Opening with a five-minute, guitar-only, rock instrumental track "Scenes From Bulgaria", guitarist Stanislav Hvartchilkov (along with his engineer Niki Georgiev) serve notice on their CD-R, Fragments, that shredders are alive and well in Bulgaria. Hvartchilkov (his nickname in London is Flying because is family name translated means "someone who flies) lets his fingers, knuckles and hands fly up and down the fretboard on his opening statement, while the second track ("Future Hill (Part I): A Tale") starts out on a slow soulful note, before letting loose with some shredder freak out (again, no percussion). They do manage to add a drum machine to the sound in songs such as the more traditional slow rocker "Future Hill (Part II): Two Souls, One Cross" before morphing into solo electric guitar once again towards the end. The playing technique is stellar throughout the demo; the arrangements of his material probably need more attention (getting beyond the improvised guitar solos) in order to really broaden the audience beyond curiosity seekers.
Stanislav has been studying the classical guitar since the age of 5, but over the past four years has also devoted himself to electric guitar. He gave his first recital at age13, and has won numerous prizes in international competitions from 1993 through 2004. Stanislav has also made recordings for National Bulgarian Radio and Television. He first began playing music on the electric guitar in the neo-classical style similar to Yngwie Malmsteen and Jason Becker, but felt the style tends to steer the player towards a showcase of technical ability and takes away from the deepness of the music. Stanislav decided to make music which incorporates Bulgarian folk elements, but with the power of the rock guitar. He has given recitals in countries across Europe, including England, Switzerland, Denmark, Greece, Germany and Bulgaria.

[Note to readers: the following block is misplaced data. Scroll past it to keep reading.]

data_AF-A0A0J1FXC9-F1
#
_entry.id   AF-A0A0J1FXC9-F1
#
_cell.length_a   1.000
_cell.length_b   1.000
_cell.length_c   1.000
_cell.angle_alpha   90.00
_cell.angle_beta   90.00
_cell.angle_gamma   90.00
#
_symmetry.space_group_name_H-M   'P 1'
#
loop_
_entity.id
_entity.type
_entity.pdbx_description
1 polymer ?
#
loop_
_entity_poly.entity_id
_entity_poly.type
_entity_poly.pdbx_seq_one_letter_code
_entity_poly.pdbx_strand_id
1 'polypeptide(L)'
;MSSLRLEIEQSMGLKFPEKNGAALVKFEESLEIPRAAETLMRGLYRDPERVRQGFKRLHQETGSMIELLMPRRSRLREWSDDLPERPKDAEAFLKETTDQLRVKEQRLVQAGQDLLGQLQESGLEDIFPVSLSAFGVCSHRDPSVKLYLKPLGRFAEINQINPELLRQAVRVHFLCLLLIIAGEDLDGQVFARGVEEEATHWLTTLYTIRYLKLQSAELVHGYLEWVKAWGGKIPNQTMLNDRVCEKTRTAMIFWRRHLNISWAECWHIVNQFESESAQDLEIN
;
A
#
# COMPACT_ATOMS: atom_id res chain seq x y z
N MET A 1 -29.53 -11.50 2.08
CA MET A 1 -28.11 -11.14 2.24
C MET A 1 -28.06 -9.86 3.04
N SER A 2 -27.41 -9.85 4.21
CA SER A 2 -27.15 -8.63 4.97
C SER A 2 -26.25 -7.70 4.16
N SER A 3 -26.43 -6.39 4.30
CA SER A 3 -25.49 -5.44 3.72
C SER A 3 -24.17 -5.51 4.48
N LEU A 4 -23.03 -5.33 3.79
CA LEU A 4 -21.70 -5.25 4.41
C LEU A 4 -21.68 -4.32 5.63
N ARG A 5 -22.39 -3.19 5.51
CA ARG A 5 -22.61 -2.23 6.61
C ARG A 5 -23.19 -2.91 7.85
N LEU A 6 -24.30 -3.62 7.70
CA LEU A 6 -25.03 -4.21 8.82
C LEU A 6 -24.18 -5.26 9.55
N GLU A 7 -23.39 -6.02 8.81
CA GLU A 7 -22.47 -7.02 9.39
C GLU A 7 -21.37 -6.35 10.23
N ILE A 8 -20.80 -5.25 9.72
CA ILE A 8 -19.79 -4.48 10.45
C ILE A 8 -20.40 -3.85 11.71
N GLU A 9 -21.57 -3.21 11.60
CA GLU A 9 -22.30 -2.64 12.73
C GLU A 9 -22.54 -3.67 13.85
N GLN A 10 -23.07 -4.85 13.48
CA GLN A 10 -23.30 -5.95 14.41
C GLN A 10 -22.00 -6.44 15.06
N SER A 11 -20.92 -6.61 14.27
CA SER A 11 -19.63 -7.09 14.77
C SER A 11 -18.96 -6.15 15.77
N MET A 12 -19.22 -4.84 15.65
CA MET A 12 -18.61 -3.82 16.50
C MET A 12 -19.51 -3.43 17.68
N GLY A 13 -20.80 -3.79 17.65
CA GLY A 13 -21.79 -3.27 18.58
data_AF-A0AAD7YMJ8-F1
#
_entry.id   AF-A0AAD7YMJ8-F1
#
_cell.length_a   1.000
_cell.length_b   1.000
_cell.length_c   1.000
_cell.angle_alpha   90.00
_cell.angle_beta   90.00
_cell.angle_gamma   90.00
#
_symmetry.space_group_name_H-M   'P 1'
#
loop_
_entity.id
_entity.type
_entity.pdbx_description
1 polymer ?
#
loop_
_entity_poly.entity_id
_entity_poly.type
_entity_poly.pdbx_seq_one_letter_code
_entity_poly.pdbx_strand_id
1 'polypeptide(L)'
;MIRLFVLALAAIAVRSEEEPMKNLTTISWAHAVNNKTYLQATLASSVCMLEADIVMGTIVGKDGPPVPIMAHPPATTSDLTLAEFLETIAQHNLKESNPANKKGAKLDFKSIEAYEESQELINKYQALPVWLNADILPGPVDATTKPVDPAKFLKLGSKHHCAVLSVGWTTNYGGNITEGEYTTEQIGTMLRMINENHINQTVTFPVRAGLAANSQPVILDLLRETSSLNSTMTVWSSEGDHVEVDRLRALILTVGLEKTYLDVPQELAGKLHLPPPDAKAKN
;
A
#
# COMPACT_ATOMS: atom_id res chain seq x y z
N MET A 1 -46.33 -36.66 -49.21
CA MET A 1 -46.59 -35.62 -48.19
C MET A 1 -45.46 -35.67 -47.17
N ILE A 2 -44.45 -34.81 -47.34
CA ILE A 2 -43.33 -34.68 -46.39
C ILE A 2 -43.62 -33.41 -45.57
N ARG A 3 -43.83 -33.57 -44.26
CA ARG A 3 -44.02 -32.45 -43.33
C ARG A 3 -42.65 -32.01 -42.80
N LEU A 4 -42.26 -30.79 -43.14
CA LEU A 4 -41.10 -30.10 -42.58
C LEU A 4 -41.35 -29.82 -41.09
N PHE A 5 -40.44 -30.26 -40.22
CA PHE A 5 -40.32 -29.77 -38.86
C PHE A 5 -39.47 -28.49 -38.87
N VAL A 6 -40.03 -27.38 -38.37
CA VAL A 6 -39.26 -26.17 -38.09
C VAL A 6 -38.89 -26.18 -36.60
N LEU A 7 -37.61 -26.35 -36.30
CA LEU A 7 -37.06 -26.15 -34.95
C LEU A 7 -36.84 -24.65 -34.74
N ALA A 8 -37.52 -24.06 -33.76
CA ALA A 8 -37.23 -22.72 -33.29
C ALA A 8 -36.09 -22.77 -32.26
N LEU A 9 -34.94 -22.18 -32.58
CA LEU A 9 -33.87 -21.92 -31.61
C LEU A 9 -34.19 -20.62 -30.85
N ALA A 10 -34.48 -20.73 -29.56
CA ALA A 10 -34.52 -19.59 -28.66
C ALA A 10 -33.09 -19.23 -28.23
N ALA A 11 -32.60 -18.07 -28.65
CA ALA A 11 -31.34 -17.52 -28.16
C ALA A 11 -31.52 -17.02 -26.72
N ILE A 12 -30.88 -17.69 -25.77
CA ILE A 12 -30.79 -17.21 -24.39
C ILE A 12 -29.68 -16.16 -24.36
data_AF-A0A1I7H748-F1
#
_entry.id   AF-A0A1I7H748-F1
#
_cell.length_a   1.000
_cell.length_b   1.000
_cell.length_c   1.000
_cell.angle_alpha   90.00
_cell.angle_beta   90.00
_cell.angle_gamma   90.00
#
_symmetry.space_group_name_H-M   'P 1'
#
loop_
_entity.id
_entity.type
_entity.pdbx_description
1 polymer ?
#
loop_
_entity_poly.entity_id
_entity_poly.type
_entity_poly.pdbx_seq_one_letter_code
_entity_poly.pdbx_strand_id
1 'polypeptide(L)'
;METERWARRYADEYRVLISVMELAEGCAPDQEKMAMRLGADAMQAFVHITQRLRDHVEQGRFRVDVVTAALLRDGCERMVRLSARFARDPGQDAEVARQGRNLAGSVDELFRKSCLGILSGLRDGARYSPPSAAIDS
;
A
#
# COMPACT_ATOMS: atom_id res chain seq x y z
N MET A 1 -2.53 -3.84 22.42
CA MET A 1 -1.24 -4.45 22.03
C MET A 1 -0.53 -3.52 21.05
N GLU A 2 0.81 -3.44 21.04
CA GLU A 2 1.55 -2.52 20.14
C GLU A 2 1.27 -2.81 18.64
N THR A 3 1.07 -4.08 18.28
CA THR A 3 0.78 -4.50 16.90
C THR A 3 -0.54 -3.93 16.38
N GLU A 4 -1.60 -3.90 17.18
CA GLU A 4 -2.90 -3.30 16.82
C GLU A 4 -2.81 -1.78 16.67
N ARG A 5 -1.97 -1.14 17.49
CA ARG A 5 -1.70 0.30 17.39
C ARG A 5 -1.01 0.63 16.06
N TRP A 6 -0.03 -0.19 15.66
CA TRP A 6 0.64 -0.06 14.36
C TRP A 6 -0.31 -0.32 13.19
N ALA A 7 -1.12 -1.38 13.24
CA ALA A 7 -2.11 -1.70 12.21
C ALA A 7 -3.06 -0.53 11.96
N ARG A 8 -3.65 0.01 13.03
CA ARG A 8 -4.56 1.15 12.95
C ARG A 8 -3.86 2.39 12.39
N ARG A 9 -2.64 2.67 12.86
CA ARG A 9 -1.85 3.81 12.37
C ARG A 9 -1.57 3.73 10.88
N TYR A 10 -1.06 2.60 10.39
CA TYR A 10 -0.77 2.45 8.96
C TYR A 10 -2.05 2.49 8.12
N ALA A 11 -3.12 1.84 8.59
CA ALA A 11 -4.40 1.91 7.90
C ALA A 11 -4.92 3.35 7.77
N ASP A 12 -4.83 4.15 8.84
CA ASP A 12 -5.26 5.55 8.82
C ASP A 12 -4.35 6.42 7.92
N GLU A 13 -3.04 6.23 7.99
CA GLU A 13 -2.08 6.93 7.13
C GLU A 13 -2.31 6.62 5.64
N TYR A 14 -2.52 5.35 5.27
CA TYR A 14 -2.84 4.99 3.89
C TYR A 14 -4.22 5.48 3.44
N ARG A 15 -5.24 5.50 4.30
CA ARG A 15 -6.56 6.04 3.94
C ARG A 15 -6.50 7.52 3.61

At the moment, Hvartchilkov is studying classical guitar at the Royal Academy of Music in London on full scholarship.
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